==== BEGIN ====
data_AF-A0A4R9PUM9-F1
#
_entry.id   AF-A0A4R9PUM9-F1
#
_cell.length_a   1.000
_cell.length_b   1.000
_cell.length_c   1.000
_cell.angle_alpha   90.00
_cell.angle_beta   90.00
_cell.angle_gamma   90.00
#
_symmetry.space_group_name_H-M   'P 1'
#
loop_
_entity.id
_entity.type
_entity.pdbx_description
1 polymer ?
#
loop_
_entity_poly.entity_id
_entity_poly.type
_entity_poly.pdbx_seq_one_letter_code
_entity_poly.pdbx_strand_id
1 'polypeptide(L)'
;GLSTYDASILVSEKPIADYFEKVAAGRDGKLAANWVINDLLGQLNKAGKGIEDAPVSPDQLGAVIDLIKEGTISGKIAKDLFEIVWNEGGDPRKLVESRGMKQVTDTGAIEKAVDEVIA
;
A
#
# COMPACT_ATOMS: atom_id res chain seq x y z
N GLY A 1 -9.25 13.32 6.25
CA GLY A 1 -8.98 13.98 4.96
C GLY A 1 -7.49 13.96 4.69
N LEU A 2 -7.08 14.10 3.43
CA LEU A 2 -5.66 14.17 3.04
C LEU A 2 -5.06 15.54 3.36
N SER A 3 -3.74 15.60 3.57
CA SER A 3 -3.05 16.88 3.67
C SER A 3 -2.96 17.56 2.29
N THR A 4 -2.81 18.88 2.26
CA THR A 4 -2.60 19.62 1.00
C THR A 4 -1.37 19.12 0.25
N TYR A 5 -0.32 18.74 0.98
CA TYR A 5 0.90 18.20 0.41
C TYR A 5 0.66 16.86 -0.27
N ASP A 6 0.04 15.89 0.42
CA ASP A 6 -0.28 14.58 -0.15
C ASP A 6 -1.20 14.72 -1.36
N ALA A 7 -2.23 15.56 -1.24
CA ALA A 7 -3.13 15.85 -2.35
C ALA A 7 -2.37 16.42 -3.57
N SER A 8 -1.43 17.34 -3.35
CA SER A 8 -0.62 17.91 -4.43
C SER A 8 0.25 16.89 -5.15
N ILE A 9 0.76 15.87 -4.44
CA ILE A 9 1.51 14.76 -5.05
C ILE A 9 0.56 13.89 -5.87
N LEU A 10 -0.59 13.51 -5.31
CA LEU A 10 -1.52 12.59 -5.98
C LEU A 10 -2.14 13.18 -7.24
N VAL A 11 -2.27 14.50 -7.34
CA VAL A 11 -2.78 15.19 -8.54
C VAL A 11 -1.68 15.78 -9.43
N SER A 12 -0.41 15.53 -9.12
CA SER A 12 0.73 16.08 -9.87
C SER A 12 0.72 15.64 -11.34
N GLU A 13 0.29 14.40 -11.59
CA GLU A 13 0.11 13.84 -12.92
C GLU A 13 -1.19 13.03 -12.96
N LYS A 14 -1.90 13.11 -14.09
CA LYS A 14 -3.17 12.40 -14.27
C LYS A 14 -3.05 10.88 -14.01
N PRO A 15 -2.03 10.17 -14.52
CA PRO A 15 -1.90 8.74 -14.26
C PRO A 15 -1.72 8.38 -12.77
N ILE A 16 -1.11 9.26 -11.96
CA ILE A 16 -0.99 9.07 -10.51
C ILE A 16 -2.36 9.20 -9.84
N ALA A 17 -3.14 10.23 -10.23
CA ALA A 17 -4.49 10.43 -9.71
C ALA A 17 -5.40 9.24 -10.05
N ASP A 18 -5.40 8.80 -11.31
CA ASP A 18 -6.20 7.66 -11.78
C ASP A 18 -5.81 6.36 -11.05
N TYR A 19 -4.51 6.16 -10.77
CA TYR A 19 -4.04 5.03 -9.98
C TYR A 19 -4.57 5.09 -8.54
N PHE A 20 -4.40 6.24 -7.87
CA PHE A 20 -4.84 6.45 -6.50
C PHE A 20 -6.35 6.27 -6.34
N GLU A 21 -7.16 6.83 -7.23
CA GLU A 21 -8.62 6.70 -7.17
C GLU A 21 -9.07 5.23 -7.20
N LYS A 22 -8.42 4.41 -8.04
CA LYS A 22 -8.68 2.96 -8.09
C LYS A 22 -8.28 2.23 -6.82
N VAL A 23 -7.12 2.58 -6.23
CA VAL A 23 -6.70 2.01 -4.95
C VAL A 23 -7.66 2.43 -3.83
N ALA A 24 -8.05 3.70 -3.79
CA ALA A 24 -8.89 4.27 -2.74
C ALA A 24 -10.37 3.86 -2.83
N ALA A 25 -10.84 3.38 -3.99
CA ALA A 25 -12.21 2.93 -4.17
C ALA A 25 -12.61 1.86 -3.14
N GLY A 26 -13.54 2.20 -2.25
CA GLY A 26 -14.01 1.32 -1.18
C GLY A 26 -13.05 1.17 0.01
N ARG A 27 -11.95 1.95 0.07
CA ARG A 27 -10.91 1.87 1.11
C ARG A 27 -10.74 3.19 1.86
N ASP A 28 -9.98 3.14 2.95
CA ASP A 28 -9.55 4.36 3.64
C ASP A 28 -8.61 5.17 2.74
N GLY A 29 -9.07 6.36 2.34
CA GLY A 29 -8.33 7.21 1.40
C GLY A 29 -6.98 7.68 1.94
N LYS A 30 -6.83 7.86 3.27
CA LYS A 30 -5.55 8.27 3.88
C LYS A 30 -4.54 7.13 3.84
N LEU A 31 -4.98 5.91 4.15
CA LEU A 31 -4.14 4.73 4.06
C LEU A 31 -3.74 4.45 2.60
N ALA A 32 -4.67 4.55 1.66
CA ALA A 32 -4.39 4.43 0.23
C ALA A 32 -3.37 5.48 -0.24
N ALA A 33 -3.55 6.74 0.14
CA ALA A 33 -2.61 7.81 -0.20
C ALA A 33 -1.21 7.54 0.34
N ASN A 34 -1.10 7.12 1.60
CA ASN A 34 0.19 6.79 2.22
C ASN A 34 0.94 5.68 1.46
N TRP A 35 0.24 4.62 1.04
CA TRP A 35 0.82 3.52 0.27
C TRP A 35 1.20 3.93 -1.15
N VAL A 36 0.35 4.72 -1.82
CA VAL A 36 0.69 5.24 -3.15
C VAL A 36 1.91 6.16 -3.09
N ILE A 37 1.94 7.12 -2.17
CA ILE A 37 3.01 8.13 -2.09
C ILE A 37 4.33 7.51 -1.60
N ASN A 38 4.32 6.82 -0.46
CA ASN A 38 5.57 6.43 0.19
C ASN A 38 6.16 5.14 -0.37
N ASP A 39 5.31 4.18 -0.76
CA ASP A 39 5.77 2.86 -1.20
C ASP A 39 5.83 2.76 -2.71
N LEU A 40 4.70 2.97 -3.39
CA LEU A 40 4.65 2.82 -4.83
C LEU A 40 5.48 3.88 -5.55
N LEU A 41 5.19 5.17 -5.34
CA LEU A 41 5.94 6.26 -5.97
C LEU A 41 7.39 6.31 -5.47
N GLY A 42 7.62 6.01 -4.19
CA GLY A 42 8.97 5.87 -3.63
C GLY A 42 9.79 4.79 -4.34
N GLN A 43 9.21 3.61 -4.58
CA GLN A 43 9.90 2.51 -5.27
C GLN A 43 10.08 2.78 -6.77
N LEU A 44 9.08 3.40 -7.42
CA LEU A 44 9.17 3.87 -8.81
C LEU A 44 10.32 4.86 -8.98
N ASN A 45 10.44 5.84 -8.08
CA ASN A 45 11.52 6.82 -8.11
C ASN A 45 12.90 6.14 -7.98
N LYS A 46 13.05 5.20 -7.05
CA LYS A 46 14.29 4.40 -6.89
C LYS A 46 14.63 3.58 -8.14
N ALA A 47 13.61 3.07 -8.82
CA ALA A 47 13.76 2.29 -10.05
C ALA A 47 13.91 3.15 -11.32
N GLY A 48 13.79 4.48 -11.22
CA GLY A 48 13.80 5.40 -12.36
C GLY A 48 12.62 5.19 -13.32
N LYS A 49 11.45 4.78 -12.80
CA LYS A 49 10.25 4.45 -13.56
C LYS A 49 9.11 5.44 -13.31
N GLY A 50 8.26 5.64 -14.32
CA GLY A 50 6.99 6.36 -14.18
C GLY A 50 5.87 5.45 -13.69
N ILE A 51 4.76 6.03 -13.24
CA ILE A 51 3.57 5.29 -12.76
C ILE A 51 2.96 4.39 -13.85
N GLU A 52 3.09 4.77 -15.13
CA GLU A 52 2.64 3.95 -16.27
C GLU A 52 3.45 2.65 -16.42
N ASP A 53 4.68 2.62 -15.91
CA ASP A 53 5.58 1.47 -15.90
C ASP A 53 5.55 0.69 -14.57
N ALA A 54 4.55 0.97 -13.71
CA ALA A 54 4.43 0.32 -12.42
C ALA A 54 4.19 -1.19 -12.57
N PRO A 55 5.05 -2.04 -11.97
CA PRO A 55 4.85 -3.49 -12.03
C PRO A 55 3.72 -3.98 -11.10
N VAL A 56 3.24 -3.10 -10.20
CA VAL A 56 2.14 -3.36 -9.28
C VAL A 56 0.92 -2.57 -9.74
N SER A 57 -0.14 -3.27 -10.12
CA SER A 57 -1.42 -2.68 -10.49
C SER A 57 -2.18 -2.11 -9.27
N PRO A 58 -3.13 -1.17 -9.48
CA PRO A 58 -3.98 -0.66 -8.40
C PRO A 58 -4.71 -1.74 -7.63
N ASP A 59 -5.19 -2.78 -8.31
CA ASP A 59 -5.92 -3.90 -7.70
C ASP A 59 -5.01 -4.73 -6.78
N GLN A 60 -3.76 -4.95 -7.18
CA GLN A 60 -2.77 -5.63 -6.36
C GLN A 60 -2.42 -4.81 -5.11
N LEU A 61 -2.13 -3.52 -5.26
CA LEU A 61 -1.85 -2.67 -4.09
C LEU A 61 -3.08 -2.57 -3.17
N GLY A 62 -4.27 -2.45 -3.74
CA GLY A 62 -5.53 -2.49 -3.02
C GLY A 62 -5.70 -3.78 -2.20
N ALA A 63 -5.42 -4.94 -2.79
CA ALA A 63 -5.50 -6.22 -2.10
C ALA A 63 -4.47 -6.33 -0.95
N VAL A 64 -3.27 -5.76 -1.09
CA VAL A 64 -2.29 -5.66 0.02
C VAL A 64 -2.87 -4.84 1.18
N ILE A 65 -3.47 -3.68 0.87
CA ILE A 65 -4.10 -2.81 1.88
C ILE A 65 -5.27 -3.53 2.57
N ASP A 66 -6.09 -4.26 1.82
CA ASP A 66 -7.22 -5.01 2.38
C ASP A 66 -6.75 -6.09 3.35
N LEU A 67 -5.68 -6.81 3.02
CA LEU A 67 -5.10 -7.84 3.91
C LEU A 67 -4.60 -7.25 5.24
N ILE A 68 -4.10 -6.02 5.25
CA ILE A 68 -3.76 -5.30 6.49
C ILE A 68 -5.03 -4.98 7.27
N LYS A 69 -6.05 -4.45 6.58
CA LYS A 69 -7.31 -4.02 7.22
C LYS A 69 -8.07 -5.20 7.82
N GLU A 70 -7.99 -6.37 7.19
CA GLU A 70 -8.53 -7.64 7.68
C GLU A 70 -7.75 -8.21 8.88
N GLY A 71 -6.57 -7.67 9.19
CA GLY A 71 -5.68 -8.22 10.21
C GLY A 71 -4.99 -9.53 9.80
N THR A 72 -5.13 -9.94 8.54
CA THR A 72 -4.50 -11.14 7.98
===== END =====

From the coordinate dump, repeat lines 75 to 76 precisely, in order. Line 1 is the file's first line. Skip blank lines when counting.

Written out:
C PRO A 15 -1.72 8.38 -12.77
N ILE A 16 -1.11 9.26 -11.96